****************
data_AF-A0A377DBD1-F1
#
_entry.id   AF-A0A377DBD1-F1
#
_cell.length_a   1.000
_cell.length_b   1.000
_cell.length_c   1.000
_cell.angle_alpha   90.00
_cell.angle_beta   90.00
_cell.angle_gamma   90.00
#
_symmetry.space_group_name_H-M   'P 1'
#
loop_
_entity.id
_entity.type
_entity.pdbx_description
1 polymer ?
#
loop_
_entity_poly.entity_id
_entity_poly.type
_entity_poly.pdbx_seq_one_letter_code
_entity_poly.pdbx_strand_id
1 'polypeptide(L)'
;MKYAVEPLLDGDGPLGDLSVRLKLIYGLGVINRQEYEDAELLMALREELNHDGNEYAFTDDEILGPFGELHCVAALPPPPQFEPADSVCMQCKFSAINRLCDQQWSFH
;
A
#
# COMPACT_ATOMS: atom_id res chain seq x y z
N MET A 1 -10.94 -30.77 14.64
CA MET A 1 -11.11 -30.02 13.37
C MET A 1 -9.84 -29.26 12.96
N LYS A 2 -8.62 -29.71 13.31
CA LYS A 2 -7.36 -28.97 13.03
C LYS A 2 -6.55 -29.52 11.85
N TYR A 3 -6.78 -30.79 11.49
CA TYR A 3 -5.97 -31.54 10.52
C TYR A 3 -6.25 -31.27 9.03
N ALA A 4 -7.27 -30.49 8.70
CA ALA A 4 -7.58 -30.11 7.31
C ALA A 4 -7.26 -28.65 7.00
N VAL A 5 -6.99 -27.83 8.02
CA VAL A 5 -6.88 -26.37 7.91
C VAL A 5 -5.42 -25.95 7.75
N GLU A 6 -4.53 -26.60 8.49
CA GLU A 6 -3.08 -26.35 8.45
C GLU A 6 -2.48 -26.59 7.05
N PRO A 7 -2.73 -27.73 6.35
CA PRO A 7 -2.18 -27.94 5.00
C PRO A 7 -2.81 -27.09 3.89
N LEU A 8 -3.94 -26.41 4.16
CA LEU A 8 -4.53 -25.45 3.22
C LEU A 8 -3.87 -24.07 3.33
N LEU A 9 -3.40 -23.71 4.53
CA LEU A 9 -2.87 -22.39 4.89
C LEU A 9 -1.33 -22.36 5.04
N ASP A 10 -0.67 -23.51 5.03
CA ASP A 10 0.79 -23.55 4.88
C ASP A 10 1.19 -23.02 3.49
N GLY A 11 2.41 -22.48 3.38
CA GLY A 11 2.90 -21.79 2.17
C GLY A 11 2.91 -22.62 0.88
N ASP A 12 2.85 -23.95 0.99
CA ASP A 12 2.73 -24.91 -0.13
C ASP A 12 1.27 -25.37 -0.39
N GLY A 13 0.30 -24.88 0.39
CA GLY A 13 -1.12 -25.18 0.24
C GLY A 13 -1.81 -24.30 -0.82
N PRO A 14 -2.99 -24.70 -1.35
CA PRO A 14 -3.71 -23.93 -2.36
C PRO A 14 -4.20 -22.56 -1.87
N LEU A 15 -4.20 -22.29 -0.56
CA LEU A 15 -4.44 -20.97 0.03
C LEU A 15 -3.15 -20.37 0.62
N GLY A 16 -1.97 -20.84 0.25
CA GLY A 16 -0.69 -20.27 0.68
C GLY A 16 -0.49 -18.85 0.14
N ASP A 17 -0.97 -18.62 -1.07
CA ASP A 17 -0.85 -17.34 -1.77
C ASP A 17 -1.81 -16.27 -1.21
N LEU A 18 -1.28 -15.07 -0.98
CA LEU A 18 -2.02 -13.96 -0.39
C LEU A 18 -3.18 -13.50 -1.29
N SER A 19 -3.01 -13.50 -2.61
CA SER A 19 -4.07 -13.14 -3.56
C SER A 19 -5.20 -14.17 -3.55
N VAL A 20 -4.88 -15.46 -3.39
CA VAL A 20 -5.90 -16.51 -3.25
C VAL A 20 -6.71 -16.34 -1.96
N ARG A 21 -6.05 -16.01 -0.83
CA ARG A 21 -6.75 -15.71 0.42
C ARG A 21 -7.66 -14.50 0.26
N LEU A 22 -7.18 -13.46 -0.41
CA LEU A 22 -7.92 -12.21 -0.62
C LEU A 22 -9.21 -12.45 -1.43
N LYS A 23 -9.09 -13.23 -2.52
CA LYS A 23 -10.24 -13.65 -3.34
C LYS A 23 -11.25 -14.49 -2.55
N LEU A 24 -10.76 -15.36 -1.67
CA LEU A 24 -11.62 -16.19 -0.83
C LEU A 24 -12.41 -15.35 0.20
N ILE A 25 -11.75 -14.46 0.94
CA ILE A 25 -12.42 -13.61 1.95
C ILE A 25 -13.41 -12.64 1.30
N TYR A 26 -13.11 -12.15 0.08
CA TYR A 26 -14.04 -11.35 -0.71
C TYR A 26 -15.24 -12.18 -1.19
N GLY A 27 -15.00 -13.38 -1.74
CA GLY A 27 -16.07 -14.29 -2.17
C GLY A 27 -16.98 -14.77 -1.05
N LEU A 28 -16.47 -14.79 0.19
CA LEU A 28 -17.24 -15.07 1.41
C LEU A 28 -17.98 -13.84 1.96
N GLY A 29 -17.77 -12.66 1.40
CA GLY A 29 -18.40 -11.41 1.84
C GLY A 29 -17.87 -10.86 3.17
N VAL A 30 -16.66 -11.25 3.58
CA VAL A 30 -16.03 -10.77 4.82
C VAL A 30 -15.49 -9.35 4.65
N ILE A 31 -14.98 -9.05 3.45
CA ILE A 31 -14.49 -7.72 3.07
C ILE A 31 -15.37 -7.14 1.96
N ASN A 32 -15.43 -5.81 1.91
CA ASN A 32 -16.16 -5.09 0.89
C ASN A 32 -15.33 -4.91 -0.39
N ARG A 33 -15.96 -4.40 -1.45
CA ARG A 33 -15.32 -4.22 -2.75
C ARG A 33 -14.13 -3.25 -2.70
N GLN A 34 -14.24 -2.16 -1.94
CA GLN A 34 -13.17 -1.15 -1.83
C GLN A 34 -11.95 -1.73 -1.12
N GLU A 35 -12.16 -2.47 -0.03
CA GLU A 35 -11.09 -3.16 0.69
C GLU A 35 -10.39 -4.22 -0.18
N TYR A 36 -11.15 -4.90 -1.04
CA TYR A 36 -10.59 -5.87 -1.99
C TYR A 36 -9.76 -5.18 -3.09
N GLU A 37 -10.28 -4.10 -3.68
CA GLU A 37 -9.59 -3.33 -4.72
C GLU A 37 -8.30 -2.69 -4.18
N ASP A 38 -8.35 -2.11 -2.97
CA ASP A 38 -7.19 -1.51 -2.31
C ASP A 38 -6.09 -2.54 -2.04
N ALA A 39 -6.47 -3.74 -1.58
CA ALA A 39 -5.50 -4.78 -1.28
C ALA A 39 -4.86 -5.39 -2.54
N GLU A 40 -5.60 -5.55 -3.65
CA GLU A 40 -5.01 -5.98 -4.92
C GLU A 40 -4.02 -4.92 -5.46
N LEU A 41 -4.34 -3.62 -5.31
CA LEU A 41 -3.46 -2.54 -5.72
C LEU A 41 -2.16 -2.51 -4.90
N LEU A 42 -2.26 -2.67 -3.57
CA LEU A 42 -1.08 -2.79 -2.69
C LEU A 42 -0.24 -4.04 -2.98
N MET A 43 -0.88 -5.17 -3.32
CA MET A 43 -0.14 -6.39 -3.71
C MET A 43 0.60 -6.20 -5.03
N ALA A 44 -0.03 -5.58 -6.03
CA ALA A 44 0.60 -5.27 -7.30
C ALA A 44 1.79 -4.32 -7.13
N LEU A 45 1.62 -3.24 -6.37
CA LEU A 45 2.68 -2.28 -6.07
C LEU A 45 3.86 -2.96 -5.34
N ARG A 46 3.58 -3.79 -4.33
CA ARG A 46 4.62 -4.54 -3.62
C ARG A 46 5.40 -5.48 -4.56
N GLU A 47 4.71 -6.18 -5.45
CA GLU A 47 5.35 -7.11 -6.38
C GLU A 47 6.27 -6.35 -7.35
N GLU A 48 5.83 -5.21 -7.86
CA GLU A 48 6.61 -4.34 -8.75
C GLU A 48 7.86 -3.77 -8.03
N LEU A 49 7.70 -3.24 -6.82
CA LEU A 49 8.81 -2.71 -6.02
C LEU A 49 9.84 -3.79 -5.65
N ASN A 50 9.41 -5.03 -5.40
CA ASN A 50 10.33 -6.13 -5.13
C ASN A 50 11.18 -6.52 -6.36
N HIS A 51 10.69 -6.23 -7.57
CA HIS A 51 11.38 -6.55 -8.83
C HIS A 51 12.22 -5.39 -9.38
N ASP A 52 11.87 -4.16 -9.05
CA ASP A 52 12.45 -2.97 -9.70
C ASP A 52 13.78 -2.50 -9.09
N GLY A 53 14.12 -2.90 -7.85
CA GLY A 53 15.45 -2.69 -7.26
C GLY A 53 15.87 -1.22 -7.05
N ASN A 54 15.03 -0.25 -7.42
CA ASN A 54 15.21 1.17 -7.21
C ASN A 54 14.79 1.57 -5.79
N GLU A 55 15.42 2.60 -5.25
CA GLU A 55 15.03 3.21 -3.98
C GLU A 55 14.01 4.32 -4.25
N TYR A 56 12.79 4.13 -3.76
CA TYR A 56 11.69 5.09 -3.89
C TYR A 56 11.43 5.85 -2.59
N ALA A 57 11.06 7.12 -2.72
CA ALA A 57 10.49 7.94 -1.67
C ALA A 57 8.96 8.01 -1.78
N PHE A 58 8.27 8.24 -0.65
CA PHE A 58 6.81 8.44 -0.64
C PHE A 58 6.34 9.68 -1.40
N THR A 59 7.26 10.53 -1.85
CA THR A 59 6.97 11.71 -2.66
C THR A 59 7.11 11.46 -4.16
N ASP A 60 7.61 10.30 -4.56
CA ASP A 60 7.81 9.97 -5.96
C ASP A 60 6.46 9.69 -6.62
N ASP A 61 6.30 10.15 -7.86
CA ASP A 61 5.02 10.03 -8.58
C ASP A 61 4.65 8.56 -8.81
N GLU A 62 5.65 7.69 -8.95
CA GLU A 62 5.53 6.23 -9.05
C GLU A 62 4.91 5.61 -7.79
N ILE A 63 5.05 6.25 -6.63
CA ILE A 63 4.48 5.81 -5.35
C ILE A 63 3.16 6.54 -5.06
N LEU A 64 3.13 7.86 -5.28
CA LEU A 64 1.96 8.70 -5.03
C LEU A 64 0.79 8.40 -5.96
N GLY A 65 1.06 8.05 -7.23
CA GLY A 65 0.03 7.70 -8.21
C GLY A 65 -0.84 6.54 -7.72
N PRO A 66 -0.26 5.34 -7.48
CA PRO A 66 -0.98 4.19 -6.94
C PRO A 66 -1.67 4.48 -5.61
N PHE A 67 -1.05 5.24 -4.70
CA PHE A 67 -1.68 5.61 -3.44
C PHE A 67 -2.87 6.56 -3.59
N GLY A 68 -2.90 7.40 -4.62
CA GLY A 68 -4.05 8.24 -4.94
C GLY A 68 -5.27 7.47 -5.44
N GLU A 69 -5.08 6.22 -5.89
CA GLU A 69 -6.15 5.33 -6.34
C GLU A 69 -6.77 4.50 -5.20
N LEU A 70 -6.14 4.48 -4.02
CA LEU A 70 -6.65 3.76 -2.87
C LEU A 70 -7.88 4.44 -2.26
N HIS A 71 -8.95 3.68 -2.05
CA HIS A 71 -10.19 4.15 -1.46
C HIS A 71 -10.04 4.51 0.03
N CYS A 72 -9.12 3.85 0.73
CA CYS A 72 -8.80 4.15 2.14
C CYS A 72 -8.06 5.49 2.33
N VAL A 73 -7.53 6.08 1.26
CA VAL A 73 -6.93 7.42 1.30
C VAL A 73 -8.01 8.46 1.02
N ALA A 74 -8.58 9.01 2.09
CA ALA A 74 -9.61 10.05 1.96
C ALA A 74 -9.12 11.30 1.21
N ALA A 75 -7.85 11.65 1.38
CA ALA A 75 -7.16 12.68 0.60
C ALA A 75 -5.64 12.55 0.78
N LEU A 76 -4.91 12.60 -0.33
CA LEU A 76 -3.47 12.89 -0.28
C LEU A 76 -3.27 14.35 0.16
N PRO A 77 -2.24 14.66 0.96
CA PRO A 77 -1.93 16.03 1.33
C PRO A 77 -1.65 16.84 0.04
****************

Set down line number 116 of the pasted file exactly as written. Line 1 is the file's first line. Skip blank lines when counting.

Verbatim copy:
CA GLY A 29 -18.40 -11.41 1.84